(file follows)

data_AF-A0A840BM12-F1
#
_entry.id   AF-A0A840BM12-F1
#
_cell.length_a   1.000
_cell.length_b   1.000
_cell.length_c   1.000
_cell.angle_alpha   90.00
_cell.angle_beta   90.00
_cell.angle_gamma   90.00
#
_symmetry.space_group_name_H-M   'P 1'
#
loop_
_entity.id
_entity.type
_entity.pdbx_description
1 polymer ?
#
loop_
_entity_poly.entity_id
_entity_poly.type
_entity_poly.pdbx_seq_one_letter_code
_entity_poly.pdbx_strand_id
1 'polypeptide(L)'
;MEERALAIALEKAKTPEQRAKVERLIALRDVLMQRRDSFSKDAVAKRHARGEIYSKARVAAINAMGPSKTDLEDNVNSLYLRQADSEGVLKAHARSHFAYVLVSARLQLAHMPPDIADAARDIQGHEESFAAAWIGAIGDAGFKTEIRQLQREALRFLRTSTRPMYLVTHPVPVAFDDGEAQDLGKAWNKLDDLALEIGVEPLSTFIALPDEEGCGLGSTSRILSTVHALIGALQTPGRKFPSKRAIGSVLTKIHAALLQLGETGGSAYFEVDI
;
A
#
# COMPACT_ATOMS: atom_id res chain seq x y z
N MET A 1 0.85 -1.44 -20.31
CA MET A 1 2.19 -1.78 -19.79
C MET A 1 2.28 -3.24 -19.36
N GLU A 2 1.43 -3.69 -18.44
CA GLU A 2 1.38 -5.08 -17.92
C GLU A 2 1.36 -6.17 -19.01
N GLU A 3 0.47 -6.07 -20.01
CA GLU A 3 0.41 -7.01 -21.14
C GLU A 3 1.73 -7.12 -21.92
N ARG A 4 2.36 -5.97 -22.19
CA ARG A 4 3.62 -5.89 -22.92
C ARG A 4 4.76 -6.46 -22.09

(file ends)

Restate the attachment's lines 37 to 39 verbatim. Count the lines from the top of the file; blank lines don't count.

N GLU A 3 0.47 -6.07 -20.01
CA GLU A 3 0.41 -7.01 -21.14
C GLU A 3 1.73 -7.12 -21.92